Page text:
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Ana Navarro loses it during CNN gun control panel: 'Get your a--es in gear and call your Senators!'

 During Tuesday’s episode of CNN Tonight, guest panelist Ana Navarro lost it when The Dispatch editor-in-chief Jonah Goldberg tried to put America’s recent mass shootings into "perspective."

After Goldberg cited accurate school shooting statistics and asserted that we shouldn’t be trying to "paralyze" American parents "with fear" over their children’s safety, Navarro yelled at the conservative commentator and accused him of turning children’s deaths into a "statistic."

She then urged viewers to get their "a—es in gear" and "call your senators" so that they can change gun laws.

The volatile segment began when CNN Tonight host Laura Coates addressed Goldberg and his reactions to actor Matthew McConaughey’s  White House speech pushing for gun control. She remarked to the panelist, "You pushed back a little bit," before letting him explain himself.

Goldberg admitted he agreed with "Everything [McConaughey] said" but clarified, "if we’re going to start telling people that they should be scared that this could happen to them, we should at least put some of this in perspective." Goldberg then delivered a controversial statistic, "There are about 54 million kids who go to K-12 in America. In the last 29 years, 170 kids have been killed in school shootings."

He provided one more point so that his fellow panelists might understand. "If we’re going to tell people they should be terrified about their kids being dropped off at school, we should remind them their kids are more in danger on the drive to school, statistically, than they are at the school."

Navarro, a frequent co-host on ABC's The View, lost her patience by this point. She interjected, "No, no, no … Jonah, we can’t do this." She then declared, "A child’s life cannot be a statistic. You can’t tell the parents of Joaquin Oliver of Parkland, you can’t tell Fred Guttenberg, you can’t tell my cousin —."

Goldberg argued, "But that’s moral bullying. I’m making a basic point to say that you shouldn’t tell people that they should be terrified."

Navarro shot back, "If it were your child, it would not be a statistic. It would be a tragedy you would never, ever recover from." Goldberg replied, "You’re making it sound as if I don’t have compassion for these people. Of course I do!"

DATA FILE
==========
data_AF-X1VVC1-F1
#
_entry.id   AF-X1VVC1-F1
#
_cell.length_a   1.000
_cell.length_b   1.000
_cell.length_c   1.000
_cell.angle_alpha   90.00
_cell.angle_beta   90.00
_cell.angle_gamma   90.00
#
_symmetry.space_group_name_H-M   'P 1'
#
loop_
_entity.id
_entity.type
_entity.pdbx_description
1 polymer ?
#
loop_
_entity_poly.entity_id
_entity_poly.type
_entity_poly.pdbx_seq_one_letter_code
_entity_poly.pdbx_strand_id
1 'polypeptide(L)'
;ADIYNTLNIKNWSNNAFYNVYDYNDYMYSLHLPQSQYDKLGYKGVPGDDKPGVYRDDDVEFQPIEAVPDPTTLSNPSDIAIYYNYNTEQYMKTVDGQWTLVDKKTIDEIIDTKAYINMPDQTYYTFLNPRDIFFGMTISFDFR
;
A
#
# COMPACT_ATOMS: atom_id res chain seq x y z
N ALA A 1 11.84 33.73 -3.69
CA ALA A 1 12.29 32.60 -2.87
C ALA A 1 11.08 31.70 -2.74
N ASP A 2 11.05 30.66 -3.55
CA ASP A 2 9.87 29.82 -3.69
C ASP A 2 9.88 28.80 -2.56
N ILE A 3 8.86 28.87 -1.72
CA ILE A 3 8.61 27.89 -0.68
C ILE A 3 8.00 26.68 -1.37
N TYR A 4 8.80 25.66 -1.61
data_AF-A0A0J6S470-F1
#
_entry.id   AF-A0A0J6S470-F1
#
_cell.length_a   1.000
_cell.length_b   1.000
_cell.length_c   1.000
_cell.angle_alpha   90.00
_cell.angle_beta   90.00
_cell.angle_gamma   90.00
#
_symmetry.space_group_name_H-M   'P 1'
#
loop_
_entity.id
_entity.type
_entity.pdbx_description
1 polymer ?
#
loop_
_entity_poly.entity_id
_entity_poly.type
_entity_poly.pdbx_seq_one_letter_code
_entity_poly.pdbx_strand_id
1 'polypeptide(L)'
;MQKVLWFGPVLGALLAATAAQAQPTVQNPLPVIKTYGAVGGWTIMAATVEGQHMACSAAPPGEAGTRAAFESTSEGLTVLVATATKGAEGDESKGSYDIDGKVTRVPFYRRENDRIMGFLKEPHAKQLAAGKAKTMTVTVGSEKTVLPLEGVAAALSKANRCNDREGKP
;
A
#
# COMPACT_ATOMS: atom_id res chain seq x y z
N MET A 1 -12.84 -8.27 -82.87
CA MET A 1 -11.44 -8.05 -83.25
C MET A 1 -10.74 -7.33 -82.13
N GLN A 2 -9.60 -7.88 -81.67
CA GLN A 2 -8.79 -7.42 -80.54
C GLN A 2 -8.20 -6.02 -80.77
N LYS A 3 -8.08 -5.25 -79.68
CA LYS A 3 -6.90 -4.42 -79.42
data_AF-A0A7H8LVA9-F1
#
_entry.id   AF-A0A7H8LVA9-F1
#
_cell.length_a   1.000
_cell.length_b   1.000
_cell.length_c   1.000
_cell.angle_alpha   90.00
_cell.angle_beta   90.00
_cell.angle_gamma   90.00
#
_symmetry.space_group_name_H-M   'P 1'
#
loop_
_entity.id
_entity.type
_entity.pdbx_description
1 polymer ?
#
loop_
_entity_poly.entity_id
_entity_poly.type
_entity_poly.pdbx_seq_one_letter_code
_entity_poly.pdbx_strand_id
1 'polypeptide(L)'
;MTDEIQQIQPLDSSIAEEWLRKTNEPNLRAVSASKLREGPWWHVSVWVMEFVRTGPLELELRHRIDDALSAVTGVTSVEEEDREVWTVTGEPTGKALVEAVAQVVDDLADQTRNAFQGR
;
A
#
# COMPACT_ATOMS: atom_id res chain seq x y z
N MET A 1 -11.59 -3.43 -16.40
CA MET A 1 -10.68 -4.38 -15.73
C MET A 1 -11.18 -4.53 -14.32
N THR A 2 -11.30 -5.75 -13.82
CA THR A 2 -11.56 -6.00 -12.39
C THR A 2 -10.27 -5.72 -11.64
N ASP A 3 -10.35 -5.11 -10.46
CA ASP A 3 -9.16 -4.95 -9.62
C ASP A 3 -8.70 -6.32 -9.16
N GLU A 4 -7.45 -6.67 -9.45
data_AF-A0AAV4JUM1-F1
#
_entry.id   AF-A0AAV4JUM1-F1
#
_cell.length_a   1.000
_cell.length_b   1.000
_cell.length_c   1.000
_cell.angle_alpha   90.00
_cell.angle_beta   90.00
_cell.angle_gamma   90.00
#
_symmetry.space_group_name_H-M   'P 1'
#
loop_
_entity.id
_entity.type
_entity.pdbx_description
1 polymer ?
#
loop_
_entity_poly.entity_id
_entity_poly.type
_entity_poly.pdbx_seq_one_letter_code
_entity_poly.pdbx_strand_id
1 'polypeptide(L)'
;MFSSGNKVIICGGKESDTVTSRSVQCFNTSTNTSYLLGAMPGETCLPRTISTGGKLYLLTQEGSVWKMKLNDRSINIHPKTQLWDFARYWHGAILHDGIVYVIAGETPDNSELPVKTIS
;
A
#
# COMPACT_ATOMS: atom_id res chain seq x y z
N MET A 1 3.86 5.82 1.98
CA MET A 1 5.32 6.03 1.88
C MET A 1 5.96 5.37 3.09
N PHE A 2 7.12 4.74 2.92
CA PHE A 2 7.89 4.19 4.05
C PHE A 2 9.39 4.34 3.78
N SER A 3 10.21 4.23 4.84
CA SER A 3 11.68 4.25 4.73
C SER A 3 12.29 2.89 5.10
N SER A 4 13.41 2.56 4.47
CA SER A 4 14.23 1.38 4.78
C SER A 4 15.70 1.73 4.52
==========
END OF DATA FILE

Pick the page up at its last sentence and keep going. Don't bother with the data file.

After the increasingly tense conversation moved to "car seat laws" and Navarro’s point that the government regulates driving to save children’s lives, she loudly insisted the U.S. government does nothing to save school kids from shootings. 

Navarro exclaimed, "This is one of the only places where not doing anything has become status quo and something as a country we accept. And Shame on us for accepting that!" Navarro has made the same point in other media appearances. 

She then yelled at Goldberg, "And I’m not morally bullying you. I’ve children I care about. And you do, too!"

Goldberg protested once more about not overblowing fears of "random madmen shooting up schools." Navarro was having none of it. "You’re making this into a statistic conversation, instead of about the fact there’s children being buried in coffins adorned with Superman decals!"

Still Goldberg pushed back, saying, "But if you’re going to take that moral outrage and then tell people they should be paralyzed with fear this is going to happen to them and their kids, you are doing them a disservice."

While wagging her finger at Goldberg, Navarro loudly declared, "I am not telling they should be paralyzed with fear. I am telling they should pick up the phone and call their senators and telling them it’s been ten years since Sandy Hook and that we haven’t done anything. It’s a national shame. So, paralyzed with fear and paralyzed with acceptance and resignation is what we’ve been for the last ten years."

She then concluded her tirade with a demand that Americans get after lawmakers to change gun laws. "It’s enough of that. No more paralysis. Get you’re a--es in gear and call your senators," she yelled. 


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